GDPR – Accountability principle
The GDPR introduces a new principle called accountability. This is in line with a global trend to make accountability a legal obligation.
What does it mean?
The accountability principle makes the data controller responsible for ensuring that the six data protection principles of the GDPR are adhered to.
However, it’s not enough for an organisation to merely comply with the GDPR’s data protection principles. The organisation must also be able to demonstrate that it complies.
The specific processes that demonstrate compliance vary widely. It depends entirely on the complexity of personal data processing that occurs.
The level of accountability that a one-person business would usually be held to, is very different from that of a large multinational organisation.
Typical processes that an organisation might undertake include
- Assessing current data privacy practices. Ensuring that there’s a data governance structure in place and possibly, depending on the size and nature of the organisation, appointing a Data Protection Officer, known as a DPO.
- They’ll probably need to create a personal data inventory, to consider all of the personal data held.
- They’ll almost certainly have to implement and/or update privacy notices.
- The organisation will need to ensure that there’s proper processes and procedures in place for obtaining specific consents from the data subjects.
- And, they’ll have to ensure that they adopt appropriate organisational and technical measures to comply with all six data protection principles.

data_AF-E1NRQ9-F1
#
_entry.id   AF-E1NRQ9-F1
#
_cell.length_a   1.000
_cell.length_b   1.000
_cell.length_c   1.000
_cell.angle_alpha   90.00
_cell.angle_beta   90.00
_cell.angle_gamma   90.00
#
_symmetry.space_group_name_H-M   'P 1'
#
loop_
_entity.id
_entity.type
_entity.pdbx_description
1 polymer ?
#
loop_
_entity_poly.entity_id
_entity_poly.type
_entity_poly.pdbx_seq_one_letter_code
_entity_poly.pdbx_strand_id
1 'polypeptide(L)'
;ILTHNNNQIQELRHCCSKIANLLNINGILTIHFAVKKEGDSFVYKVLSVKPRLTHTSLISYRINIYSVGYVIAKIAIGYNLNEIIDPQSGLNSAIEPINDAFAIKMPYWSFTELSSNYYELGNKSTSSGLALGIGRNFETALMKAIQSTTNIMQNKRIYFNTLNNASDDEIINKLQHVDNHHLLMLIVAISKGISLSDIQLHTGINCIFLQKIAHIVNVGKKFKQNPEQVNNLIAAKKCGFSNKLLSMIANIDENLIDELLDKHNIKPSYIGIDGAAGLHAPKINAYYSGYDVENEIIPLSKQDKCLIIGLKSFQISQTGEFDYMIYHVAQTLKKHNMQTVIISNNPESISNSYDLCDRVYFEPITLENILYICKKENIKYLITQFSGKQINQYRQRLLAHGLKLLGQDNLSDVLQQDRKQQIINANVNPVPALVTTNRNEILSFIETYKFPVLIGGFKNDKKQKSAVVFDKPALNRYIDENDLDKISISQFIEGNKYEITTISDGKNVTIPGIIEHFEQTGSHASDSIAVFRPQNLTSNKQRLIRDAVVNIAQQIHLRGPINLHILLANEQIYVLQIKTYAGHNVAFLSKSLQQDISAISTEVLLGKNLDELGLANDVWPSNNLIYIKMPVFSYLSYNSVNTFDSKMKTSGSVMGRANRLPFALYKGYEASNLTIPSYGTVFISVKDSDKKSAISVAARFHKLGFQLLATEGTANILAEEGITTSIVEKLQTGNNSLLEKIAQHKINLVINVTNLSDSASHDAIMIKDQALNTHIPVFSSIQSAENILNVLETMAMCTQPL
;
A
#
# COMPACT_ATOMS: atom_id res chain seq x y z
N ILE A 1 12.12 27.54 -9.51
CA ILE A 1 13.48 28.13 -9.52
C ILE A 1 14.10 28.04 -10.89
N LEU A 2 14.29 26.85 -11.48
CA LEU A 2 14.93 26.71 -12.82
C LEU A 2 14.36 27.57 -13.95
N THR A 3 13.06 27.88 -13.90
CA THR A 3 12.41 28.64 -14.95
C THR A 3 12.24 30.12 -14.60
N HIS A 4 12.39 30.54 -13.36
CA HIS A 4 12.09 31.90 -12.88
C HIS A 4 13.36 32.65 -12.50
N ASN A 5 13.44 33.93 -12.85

- Some organisations will need to conduct a Privacy Impact Assessment.
- And organisations of virtually any size ought to develop a personal data breach reporting mechanism.
Unfortunately, the GDPR text offers little guidance on the measures that data controllers need to take to meet their accountability obligations.
The ICO has expanded a little bit on this. There is some accountability and governance guidance advice on demonstrating compliance.
An organisation should implement appropriate technical and organisational measures to ensure that they can demonstrate compliance.
This includes policies regarding staff training in data protection. Doing a course like this, demonstrates that staff are trained in GDPR awareness and its key obligations.
Conducting an internal processing audit. Ensuring there are HR policy reviews.
Organisations also need to maintain relevant documentation on their personal data processing activities.
Further advice includes, where appropriate, appointing a data protection officer. Ensuring that data protection measures are ‘by design’ and ‘by default’ and, for many organisations, conducting Data Protection Impact Assessments.
Some organisations, may enlist the help of certification bodies or adopt approved codes of conduct. This is usually for companies in a particular industrial sector.
Organisations need to prepare for dealing with subject access requests, known as SARs, from individuals exercising their rights under the GDPR. They also need to be in a position to respond to requests and deal with investigations driven by the ICO.
This is a preview lecture from our online course ‘GDPR In a nutshell’. For the full course please visit https://www.udemy.com/gdpr-in-a-nutshell/
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